Here is my suggestion....At the end of the season the nurseries sell off fruit trees at a small price, i got my apple tree for five american dollars and it came in dirt....bare root trees need to be watched so much more. These trees are large enough to withstand animals and mowing. I want to go around town and just plant them without permission just dig a big old hole put it in and settle it down and hope. No staking, none of my selfishly horded compost....just a good hole and a nice drink and let them go....if i see leaves near by, i would put them on the bare dirt as mulch. There it is, the five dollar tree. If you only do a few a year it doesnt matter since they will more likely than the home seeded ones survive and bare desirable fruits. If no rains came, i would probably visit each for a second drink of water.
Keep in mind most fruit trees cross pollinate so plant two different apples near each other etc. We want flowers...we want fruit!
Our plan is very big, to give "food sovereignty" (hope this translation is correct) to our city and we just started to create an urban orchard in a public area without asking and without any permission.
We are at the beginning, and at the moment we have planted 11 fruit trees in an external district. Now we have a bit of stop because we are going to follow training course about fruit trees, but we will re-start to plant soon other trees.
Now we are going to ask to our comunication group to support us with information for citizens, a website with our plan, map of the trees and so on... this is very important because we need people understand what we are doing, support us, and start to take care of those trees.
During the spring we will start also a veggies garden between those trees.... but we think orchard is the first step.
I will let you know
I also love to give baby trees to neighbors and friends to plant, and I tend to go along dirt roads behind the road graders and get the little seedlings in the loose soil graded up along side the road..generally evergreens which make great windbreaks and privacy screens...if you look on my blog almost all of those evergreens you see have been replanted from the wild.
Also several of our apple trees here grew from bait piles that were put out years ago when people were hunting wild whitetail deer on the property..and they are great apples
You really do have to understand city employees, the guy who mows isnt the guy who orders and plants new trees etc. If the tree is in the middle of the lawn and they see it, they will simply mow around it...not a second thought. My local condo association will be more difficult to fool.
Dave Boehnlein wrote:I would say that the successful (and happy) guerrilla fruit tree planter has to make a mental shift. All the advice regarding the how-to's is good, but if you're going to do it you need to be aware that a lot of the trees you plant are going to be brutally killed. This can be heart wrenching, especially if you're glassy eyed with hope for the future of your beautiful, fruit-bearing babies.
So true, my buddies and I have been working on guerrilla projects in Brooklyn for three years now. Every space, every one of them, has been sprayed down, mowed, built over, and even guarded by police all day to prevent any access. the last part left us dumbfounded, of all the brutalizing the NYPD is busy doing, we can't believe our trees and shrubs in a public vacant lot were a threat enough to require two police posted in front at all times.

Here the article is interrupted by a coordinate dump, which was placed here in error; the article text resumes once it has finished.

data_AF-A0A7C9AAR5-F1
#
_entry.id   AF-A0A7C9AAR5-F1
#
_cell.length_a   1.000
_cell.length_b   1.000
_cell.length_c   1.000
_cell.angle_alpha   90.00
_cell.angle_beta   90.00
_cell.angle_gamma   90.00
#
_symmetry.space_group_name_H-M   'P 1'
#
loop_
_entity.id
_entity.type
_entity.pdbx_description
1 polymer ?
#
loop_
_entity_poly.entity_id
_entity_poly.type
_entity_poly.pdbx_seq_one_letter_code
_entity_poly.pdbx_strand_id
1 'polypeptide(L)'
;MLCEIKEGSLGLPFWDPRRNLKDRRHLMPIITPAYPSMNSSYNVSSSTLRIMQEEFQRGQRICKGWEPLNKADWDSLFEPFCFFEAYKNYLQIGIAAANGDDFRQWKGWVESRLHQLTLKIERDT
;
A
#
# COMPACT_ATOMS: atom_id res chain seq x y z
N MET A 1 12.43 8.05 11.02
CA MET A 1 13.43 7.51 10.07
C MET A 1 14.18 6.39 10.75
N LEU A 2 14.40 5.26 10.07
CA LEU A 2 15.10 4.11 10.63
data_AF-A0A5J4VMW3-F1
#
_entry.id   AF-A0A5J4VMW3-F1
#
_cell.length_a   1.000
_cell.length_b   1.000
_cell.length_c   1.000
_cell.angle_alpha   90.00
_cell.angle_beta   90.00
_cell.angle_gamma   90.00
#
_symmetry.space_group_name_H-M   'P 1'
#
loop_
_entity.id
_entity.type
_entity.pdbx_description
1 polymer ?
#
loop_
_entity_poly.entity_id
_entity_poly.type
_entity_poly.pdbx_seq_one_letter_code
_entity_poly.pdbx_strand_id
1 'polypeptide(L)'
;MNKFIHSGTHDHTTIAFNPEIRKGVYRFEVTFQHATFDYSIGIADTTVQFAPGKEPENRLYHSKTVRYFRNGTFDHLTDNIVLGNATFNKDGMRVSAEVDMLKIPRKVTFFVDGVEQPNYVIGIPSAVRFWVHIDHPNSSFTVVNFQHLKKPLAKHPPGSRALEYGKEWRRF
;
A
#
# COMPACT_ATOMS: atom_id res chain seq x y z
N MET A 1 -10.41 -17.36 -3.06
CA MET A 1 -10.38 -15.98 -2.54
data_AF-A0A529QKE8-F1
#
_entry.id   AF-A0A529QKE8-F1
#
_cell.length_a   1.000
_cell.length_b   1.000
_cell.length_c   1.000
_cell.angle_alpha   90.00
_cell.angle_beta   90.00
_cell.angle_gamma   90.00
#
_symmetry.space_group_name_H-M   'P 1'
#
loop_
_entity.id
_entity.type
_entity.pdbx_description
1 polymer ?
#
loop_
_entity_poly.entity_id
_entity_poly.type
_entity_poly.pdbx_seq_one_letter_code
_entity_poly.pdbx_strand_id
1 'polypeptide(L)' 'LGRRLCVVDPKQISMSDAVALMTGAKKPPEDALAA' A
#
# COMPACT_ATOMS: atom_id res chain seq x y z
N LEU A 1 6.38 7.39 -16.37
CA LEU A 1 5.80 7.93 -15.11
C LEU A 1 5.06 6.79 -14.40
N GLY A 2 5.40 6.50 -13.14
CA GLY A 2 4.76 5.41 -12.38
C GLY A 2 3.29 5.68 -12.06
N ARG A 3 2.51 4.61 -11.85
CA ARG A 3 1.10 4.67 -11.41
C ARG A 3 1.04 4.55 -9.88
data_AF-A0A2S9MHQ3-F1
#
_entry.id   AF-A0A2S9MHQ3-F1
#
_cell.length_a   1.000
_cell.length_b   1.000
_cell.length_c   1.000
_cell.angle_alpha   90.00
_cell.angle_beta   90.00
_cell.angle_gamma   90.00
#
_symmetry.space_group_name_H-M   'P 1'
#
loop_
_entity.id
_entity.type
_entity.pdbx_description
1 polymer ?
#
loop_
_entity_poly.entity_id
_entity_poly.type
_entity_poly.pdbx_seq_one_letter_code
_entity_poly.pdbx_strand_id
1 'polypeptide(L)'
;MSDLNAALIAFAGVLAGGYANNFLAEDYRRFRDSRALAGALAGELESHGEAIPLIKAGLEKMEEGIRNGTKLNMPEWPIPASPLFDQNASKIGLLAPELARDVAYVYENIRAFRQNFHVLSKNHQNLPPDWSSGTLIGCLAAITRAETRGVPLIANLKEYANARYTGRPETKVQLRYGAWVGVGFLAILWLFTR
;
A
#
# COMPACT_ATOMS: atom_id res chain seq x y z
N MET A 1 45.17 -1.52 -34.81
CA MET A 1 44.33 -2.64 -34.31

Since our last loss, none of us have recovered. Heed Dave's words, detachment is something I should have worked up towards, and expect that the living system you endeavor to stabilize will be destroyed before you get to see it take off on its own.
here in Parma (Italy) we started our project.
We don't want to call it guerrilla gardening any more, because it is becoming much more.
I think we are planning to create a new free system opposite to economical system: ok ok just thinking at the moment, but probably we will have a big crisis soon here, and we need to start to grown up our food all together. that's why we are not doing guerrilla but planning a new system.
We have planted 49 trees at the moment and we have also a website
but take a look at the map, you can see pictures and what we have planted too http://www.fruttortiparma.it/webmap/index.html
I'm a big fan of the "don't ask don't tell" approach to gardening. In my experience, local governments are almost always the main barrier to any kind of forward thinking or food-producing idea.
Andrew Michaels wrote:Does anyone know how old a tree sprouted from a pit should be before you transplant it? How can you best prepare the soil where you'll plant it? How do you care for it afterwards?
You will get good roots, as they are always longer than the seedling you can see.
No pot will ever do great...
- Pre-germinate according to the specie.
- Make a long and narrow hole with a tool, 2 feet mini.
- Fill it with loose good soil.
- Take a plastic bottle, cut the bottom and then cut in halves.
- The lowest part goes into the ground, this is the "pot".
(you can put 3 if you can come back to quit the weakest ones.
- Put the upper part of the bottle with the cap. Very important!
This is your nursery...
- Make shade with a milk or juice brick.
Cut it and put it around the bottle the other way round, so that the aluminum shows outside.
- Come back for getting off the upper part of the bottle.
- protect at least from rabbits etc with a piece of net...
- You can leave the shader longer.
- Usually the buried part of the bottle will decompose, or else be very careful to break it with no root damage.
More from my website: hydroharbor.com/start/clones
SOW directly whenever possible!
-> depending on the annual rainwater...
Sow what you know that will be good without grafting
OR be prepared to go grafting...
@ Dan, cuttings do not have the same root system as seedlings, so who knows which species will give good result without irrigation?
@ John, when your seedling is 5 feet tall, how are the roots and what is the size of the pot you use?
Seedlings that are meant to be left on their own FIRST need a good root system,
which is a DEEP one, able to look for water.
Try to unroot wild seedlings.... I tell you what I always find: roots are longer than what shows outside.
-> I plant before the seedling is taller than the pot.
What I said in the last post is a system that was done in the south of France for growing trees in orchards, only with little rain water from a Mediterranean climate. No irrigation. And those trees live very long.